The one red flag for some will be "travel to conflict areas." The US imposes a similar prohibition for ESTA, but it goes without saying that the US and EU may define "conflict area" differently in 2021.

People who want to get in on the fun early may sign up for email notification when the application site goes live.

https://www.etiasvisa.com/
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Old Mar 9, 19, 7:15 pm
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It is not a VISA: https://www.npr.org/2019/03/09/70185...us-visa-report
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Old Mar 9, 19, 9:46 pm
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Originally Posted by Often1 View Post
While any scheme is subject to change at any time, the EU has established a website for ETIAS and it contains current information regarding what is involved. Looks to cost roughly $7 for 3 years rather than the $14 the US charges for 2 years, to require roughly the same information as the US requires and have roughly the same features.

The one red flag for some will be "travel to conflict areas." The US imposes a similar prohibition for ESTA, but it goes without saying that the US and EU may define "conflict area" differently in 2021.

People who want to get in on the fun early may sign up for email notification when the application site goes live.

https://www.etiasvisa.com/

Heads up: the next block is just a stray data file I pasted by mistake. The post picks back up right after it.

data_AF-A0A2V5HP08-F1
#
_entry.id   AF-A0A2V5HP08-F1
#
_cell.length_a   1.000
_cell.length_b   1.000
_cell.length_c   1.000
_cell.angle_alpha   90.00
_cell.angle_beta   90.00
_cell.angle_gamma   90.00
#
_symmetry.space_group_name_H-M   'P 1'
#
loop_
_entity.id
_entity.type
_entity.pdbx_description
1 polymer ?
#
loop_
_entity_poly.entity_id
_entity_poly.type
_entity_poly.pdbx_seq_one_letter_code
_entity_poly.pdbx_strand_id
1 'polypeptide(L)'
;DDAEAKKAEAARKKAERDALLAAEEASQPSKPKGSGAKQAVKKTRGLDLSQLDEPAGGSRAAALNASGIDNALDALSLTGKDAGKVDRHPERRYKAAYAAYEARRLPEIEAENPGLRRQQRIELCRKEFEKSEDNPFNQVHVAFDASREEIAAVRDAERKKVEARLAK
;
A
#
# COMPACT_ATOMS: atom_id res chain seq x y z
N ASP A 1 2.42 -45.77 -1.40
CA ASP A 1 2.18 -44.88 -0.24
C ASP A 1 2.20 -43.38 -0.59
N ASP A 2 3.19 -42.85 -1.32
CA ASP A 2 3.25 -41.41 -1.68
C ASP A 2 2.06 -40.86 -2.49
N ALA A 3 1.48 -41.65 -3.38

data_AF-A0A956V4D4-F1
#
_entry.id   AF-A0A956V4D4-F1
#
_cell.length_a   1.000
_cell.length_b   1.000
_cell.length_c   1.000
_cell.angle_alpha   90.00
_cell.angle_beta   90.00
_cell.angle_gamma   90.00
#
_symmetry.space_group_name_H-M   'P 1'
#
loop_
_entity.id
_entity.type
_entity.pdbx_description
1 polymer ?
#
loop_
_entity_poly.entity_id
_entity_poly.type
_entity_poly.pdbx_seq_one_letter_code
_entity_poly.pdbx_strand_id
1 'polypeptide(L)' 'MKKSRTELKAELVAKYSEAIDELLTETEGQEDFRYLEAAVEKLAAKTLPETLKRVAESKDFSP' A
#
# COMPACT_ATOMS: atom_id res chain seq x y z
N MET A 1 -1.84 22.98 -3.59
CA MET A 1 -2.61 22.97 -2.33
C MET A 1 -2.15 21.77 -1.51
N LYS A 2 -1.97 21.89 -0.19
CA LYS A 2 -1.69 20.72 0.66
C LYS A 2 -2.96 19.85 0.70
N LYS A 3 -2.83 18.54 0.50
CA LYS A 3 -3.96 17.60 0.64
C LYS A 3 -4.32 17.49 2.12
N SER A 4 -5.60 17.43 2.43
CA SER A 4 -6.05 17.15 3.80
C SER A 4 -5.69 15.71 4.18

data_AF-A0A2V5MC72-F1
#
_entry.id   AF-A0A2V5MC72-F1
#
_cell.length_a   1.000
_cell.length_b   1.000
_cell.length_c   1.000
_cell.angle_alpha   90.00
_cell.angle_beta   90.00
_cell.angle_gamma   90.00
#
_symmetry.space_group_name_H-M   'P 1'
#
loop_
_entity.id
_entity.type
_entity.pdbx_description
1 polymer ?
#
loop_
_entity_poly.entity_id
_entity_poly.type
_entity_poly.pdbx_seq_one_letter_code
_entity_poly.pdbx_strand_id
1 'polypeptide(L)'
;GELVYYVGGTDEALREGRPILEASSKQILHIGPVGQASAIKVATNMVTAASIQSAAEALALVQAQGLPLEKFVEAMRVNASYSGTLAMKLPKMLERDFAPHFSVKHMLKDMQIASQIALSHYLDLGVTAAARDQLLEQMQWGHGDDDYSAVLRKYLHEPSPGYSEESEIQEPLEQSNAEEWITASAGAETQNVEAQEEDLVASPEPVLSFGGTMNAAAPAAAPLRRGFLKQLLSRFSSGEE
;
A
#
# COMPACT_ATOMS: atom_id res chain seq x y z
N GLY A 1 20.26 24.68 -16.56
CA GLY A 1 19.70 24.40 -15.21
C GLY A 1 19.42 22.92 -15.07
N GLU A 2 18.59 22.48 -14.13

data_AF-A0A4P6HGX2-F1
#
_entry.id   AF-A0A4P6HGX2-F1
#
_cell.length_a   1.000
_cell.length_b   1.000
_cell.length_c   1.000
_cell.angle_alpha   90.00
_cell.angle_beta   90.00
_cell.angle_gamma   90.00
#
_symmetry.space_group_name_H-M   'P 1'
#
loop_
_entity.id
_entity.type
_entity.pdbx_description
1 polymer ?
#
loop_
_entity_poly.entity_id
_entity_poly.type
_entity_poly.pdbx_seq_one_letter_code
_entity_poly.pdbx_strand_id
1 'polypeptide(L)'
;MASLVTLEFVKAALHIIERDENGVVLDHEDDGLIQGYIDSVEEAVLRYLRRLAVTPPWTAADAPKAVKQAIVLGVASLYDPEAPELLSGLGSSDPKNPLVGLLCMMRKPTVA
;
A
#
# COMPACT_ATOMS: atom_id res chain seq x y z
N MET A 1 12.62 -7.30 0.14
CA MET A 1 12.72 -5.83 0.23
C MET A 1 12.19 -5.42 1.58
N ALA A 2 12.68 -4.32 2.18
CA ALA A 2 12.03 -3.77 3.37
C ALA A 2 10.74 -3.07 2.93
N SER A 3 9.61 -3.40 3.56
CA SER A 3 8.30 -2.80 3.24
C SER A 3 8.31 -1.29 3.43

The link is for a commercial travel agency ó wonder if they will charge extra.
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Old Mar 9, 19, 11:59 pm
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Originally Posted by Often1 View Post
While any scheme is subject to change at any time, the EU has established a website for ETIAS and it contains current information regarding what is involved. Looks to cost roughly $7 for 3 years rather than the $14 the US charges for 2 years, to require roughly the same information as the US requires and have roughly the same features.

The one red flag for some will be "travel to conflict areas." The US imposes a similar prohibition for ESTA, but it goes without saying that the US and EU may define "conflict area" differently in 2021.

People who want to get in on the fun early may sign up for email notification when the application site goes live.

https://www.etiasvisa.com/
DUDE(tte), NO!!!!

The scam sites have already been set up that will inevitably charge 50 EUR for a 7 EUR application in 2021.